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Pre-auth RCE to root in OpenSSH server: 700,000 instances exposed

RHEL 9 affected, Debian, Ubuntu, SUSE push fixes

OpenSSH vulnerability CVE-2024-6387

Updated July 3, 2024: Current widely circulated POCs are fake, fake, fake.

A critical vulnerability in certain versions of the OpenSSH server can be exploited remotely by an unauthenticated attacker to gain root.

The race condition vulnerability, allocated CVE-2024-6387 and affecting most Glibc-based Linux  versions, was identified and reported by Qualys.

A technical write-up of bug, dubbed "regreSSHion" is here.

It is rated CVSS 9.2 (CVSS 4.0).

OpenSSH vulnerability CVE-2024-6387: Ubuntu, RHEL 9, others push patches

Ubuntu (versions greater than 22.04 affected) and Debian were among those pushing patches to their distributions this morning.

For Red Hat, only RHEL 9 is affected. SUSE's advisory is here. AWS Linux did not appear to have published a bulletin as The Stack published.

It takes between six hours and a week (depending on the OS being targeted) of persistent effort (approximately ~10,000 attempts) for an attacker to exploit the race condition and gain a root shell however.

Which versions of OpenSSH server are affected?

OpenSSH server (sshd) versions below are impacted by CVE-2024-6387

  • OpenSSH versions earlier than 4.4p1 are vulnerable unless they are patched for CVE-2006-5051 and CVE-2008-4109.
  • Versions from 4.4p1 up to, but not including, 8.5p1 are not vulnerable due to a transformative patch for CVE-2006-5051
  • The vulnerability resurfaces in versions from 8.5p1 up to, but not including, 9.8p1 due to the accidental removal of a critical component in a function. nb. OpenBSD systems are unaffected by this bug,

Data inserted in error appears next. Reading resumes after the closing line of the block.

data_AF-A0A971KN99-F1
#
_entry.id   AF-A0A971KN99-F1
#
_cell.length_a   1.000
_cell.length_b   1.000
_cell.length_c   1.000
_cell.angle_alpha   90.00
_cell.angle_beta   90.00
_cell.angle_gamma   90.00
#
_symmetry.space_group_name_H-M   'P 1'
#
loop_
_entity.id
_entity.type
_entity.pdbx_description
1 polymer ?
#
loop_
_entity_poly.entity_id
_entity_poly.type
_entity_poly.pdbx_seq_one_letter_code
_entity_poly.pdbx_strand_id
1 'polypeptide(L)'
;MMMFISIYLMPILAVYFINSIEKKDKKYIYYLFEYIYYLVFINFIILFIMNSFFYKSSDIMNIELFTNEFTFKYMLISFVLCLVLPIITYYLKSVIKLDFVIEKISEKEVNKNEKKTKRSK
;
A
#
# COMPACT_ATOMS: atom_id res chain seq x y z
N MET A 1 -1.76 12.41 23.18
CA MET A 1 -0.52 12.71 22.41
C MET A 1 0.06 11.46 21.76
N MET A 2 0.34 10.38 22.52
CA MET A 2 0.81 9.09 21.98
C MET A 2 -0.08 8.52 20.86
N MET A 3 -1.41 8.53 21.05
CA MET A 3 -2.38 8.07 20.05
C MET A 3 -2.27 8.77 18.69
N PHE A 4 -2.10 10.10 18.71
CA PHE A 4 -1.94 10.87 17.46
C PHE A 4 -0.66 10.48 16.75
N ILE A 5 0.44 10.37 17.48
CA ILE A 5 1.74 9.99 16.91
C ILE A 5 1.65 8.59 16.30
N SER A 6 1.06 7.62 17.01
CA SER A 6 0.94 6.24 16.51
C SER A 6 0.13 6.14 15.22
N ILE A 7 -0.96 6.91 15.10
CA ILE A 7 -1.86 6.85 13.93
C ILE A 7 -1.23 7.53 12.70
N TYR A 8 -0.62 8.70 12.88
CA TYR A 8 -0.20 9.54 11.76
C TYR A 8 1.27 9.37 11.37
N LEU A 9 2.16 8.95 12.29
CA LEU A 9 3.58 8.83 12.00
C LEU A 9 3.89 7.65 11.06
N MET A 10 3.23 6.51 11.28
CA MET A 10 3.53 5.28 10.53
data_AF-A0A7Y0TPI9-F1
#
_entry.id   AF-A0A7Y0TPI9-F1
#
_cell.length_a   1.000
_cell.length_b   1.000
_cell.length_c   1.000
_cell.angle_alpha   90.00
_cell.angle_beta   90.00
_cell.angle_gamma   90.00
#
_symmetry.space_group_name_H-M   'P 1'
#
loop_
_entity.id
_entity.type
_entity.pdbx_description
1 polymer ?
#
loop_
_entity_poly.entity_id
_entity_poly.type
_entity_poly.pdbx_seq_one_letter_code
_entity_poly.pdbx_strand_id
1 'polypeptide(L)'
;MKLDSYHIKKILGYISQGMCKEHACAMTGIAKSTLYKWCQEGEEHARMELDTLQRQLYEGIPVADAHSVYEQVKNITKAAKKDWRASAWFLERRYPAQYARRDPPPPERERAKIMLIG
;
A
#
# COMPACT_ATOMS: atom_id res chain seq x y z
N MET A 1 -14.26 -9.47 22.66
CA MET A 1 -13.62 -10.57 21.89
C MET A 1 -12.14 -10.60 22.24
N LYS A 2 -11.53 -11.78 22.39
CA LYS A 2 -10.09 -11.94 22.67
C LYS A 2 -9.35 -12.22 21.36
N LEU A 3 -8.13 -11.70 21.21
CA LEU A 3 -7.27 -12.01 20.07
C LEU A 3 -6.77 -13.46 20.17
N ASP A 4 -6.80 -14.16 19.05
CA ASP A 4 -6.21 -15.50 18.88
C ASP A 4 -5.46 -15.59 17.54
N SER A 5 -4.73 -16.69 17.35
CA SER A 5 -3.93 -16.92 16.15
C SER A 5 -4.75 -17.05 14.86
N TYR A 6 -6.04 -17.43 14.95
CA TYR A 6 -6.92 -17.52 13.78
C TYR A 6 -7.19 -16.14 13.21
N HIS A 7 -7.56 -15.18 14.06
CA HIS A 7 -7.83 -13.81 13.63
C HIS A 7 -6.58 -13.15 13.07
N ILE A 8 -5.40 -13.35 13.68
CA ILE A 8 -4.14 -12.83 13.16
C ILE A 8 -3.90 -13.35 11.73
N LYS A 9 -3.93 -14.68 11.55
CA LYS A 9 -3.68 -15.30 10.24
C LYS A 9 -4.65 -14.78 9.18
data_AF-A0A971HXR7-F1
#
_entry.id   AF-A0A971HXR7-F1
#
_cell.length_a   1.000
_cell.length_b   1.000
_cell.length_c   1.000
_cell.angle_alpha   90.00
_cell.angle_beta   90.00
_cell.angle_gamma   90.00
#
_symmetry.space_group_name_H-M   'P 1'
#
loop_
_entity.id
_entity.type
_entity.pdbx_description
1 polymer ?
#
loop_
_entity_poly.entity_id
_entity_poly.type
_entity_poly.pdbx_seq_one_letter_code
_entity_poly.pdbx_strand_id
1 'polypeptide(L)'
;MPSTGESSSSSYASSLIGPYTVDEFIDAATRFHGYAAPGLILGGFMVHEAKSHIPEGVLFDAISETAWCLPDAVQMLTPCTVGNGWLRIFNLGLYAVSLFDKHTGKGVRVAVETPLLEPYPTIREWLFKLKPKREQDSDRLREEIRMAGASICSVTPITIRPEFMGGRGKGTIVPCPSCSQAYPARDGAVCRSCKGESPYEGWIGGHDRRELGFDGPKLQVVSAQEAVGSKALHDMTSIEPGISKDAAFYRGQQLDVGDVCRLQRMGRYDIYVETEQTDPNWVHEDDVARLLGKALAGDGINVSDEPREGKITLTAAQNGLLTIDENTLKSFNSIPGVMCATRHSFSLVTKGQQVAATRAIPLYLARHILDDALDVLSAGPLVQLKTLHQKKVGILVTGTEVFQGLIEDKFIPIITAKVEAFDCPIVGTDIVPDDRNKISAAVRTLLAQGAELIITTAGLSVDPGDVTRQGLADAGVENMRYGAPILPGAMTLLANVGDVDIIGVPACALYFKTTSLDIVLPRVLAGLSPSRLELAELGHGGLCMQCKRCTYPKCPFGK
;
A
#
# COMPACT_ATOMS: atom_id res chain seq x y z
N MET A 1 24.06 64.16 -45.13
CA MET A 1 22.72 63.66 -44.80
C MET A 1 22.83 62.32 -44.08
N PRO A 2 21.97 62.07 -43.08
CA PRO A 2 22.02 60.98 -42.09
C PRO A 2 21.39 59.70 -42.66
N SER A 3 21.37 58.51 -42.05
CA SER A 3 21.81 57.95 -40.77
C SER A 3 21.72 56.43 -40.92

Qualys said in its advisory that exploitation attempts can be identified by seeing “many many lines of ‘timeout before authentication’ in the logs.”

It has provided a technical breakdown of the vulnerability but will not be sharing exploit code. The security firm said if sshd can’t be updated or recompiled, a mitigation is to “set LoginGraceTime to 0 in the config file.

"This exposes sshd to a denial of service by using up all MaxStartups connections, but it prevents the remote code execution risk” it noted.

Defenders may, presumably, also want to consider implementing rate-limiting options on SSH access that deny connections from an IP address that has attempted to initiate X+ connections over Y time period.

As security specialist Jake Williams noted: "Most orgs don't need SSH open to the whole Internet. Yes, ACLs [access control lists] are a pain to use. But you're getting a lot back in security. That's true for times like these, but it's also makes credential compromises harder to meaningfully exploit. As an aside, if you can't do IP ACLs for SSH (and everyone *can*, it's just a question of overhead to maintain), consider changing the default port for SSH. In some testing, that's dropped my failed login attempts by more than 95% (98%+ if you don't make it something obvious like 2200, 2222, or 2022)."